What If: The Doom Of The Rings

The first setting idea I'd like to share is something I thought about many years ago and concerns prof. Tolkien's Middle-earth. I must admit that I am of mixed feelings towards the Middle-earth myself. I admire the work prof. Tolkien put into creating a complex, living world with rich history. I like Hobbit and even Silmarillion even more but The Lord Of The Rings not so much to say the least. There are reasons why it's parody was titled Bored Of The Rings, after all. My stance towards the trilogy somewhat warmed recently, thanks to fine work done by Turbine with their The Lord Of The Rings Online game.

Many years ago, after reading The Last Ringbearer, I started to think about Middle-earth game that would twist the story a bit. Not nearly as much as The Last Ringbearer, but a bit. Primary concern was the timing, I didn't wanted to place it prior to or during the events of The Lord Of The Rings because I don't like players messing up with existing story (depends upon particular setting, in Star Wars Expanded Universe I am more lenient, for example) but placing it afterward would be a bit pointless. After some thought I considered tweaking the ending of the trilogy for the purpose of the game setting - it is one of the rare occasions when I even considered that because I prefer to leave book worlds as they are and instead play in worlds designed as game settings instead. There are plenty of those for anyone who needs a world to play and can't (or won't) create his own.

The basic premise of The Doom Of The Rings setting is that neither Gandalf nor rest of the Council Of Elrond anticipated the possible fallout of The One Ring's destruction. When it finally fell into the fires of the Mount Doom, the great power bound within was unleashed. It did shattered the vestiges of Sauron's physical form, nullifying his ability to influence the world, as planned. The power didn't disperse harmlessly, however. Instead it rushed toward the most suitable receptacles - the remaining rings of power. The surge of unbound sorcery immediately empowered the lesser rings and their bearers. This freed the Ringwraiths from their servitude toward the now powerless Sauron and revived the discorporated Witch-King of Angmar. Even the bearers of the Three, free of corruption until now, had to wrestle with temptation of power. The sudden disappearance of the Sauron's will driving them routed the orc army during the Battle of Morannon. Only the eruption of Mount Doom stopped the Free People from invading Mordor. Without the guidance of Gandalf, who was struggling with Narya, trying to overcome the sudden influx of power, the army under the command of Aragorn returned to Gondor, unprepared to venture into the barren lands while the rain of volcanic ash ignited spontaneous fires and poisoned already scarce supplies of water.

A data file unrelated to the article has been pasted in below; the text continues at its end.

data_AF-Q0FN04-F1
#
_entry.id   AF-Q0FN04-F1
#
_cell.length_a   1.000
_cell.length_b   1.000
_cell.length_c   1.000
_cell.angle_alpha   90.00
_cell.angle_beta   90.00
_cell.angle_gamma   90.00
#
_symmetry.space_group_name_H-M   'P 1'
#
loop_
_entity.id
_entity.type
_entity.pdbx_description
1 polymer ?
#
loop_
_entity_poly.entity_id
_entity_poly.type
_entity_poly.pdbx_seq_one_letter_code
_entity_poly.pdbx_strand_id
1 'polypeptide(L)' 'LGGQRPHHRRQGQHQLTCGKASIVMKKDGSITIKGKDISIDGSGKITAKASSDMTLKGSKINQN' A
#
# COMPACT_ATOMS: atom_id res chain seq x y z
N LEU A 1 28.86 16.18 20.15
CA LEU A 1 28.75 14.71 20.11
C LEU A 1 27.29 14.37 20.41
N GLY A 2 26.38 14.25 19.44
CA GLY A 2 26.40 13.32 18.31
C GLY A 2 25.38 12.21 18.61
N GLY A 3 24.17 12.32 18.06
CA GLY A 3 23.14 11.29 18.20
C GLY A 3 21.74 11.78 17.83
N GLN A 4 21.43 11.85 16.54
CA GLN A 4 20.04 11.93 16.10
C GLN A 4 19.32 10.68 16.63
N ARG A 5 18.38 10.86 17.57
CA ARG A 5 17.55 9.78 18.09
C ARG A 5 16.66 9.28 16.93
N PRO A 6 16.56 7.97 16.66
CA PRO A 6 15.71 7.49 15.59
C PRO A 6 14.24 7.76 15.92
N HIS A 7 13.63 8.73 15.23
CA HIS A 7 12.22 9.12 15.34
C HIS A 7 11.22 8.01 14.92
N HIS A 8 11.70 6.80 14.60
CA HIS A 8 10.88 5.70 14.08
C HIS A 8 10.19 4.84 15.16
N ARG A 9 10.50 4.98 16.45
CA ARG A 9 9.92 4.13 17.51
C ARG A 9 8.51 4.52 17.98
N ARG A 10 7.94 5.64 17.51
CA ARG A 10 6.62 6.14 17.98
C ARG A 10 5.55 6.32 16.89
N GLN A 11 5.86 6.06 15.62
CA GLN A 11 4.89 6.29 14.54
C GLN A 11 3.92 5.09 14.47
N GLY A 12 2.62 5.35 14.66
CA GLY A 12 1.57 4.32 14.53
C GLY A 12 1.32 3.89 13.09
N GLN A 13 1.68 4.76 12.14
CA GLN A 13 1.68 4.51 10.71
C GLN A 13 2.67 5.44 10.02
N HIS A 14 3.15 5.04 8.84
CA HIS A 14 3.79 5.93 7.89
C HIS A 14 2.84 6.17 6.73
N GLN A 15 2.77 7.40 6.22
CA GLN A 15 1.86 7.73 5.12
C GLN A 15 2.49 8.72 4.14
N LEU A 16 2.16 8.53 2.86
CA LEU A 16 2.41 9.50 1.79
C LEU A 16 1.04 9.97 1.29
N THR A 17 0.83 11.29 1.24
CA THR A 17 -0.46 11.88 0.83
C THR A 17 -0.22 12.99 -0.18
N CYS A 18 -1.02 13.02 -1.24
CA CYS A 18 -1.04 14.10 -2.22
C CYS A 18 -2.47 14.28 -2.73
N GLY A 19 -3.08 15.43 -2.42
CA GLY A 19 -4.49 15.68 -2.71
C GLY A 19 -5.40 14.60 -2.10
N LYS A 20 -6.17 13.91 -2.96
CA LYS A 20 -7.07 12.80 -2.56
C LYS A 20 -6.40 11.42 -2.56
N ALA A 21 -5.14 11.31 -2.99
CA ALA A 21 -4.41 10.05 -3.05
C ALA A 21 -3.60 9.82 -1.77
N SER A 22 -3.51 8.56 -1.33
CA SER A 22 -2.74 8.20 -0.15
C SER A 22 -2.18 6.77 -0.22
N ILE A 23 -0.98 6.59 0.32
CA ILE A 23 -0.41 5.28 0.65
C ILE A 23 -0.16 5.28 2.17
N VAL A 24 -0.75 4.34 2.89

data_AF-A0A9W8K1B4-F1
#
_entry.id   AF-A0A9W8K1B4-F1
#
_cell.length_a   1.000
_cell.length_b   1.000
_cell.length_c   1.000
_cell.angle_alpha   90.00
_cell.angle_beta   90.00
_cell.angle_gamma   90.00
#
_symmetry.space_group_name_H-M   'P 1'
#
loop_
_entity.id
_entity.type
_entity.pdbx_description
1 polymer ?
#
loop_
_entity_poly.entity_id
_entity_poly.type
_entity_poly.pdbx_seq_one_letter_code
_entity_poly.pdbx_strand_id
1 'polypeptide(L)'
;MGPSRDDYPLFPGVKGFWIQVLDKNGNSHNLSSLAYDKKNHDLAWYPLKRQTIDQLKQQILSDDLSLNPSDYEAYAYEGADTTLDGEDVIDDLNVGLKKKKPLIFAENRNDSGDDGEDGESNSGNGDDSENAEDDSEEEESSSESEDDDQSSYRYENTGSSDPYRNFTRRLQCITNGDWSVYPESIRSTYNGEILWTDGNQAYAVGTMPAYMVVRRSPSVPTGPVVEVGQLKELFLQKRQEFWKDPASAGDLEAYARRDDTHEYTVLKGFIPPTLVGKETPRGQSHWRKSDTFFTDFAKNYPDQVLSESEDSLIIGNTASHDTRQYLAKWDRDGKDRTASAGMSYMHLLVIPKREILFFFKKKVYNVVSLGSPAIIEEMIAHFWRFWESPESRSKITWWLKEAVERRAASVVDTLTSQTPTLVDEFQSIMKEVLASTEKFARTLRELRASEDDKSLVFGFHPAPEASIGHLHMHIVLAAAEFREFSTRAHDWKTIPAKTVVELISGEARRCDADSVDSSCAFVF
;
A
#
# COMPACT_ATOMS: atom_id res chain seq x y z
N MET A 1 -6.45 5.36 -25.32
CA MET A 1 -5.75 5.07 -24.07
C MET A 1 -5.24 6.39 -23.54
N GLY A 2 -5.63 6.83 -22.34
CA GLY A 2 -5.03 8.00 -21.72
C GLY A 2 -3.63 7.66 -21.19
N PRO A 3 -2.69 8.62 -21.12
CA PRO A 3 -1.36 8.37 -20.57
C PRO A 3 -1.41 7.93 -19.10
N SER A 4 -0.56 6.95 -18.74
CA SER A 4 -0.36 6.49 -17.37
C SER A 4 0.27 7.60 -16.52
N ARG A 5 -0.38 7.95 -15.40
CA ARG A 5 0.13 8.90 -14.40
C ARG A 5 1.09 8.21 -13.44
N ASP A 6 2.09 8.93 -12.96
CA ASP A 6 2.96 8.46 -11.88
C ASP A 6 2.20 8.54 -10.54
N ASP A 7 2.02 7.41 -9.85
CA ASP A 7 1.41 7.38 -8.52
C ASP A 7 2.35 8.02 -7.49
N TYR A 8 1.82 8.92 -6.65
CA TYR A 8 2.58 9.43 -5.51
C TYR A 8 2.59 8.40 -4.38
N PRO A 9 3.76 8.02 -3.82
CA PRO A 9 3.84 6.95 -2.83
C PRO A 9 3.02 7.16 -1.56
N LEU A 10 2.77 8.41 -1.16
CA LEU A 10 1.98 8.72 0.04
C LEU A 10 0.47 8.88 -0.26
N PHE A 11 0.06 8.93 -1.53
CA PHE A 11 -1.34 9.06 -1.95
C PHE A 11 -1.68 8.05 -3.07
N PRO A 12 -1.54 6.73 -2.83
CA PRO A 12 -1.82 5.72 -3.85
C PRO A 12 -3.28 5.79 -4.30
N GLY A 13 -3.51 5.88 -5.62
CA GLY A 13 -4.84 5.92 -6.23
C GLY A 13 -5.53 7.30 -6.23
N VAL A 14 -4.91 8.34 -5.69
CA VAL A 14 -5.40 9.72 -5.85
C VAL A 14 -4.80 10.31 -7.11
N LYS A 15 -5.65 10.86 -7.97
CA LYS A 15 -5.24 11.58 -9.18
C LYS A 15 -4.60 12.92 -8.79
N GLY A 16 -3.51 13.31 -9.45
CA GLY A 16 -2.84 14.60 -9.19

While the Free People celebrated the victory and vanquishing of the ancient threat, the Nazgul, much more tangible and capable of greater interaction with physical world than previously, spread across the Middle-earth driven by their rekindled ambition, greed and arrogance. Each of them sought out a seat of power and mustered orcs, trolls, dark men, and corrupted spirits under its banner. Reborn Witch-king returned to Angmar where his servants were already marshaling evil forces. One Nazgul came to dwell in Fornost, one in Dol Guldur and another moved to the depths of Moria determined to subjugate native goblins and slaughter returned dwarves. Three divided Mordor between themselves in uneasy alliance bent on ravaging Gondor. Eighth of the Ringwraiths claimed the throne of Umbar. The last one remains unaccounted for, an enigmatic threat lurking in the shadows, bidding its time for a decisive move.

Saruman, still at fraction of his former power and trapped within the walls of Orthanc, never left for Shire. Instead, he subtly manipulates events in Rohan pitting the Rohirrim against Dunlendings and trying to undermine the horselords' loyalty to Gondor. His agents roam the Eregion and Rhovanion spreading unrest, seeding betrayals, forging alliances and, above all, seeking items of power that would restore their master's might.

Gandalf managed to reject the temptation of empowered Narya and vanished after Aragorn's coronation, presumably recalled to the West for his mission was complete. Some, however, speculate that he decided to stay in Middle-earth against the wishes of might Valar, to advise the Men and Elves in their battles against the remaining forces of the Shadow.

Lothlorien struggles, flanked by goblins of Moria and orcs of Dol Guldur. The elven realm is protected by the power of Nenya but its continuous use strains the spirit of Galadriel and pushes her slowly into madness. Rivendell is harried by goblins, trolls and hillsfolk beholden to Angmar as well, but nowhere near as hard as Lorien so Elrond is forced to draw on Vilya's power to much lesser degree than Galadriel.

Gondor, under the rule of newly crowned Elessar Telcontar, is subject to the raids of Mordor orcs, Haradrim tribes and Umbar corsairs. The main forces of the kingdom are tied in Ithillien, preventing the hordes of Mordor from overwhelming the southern kindgom.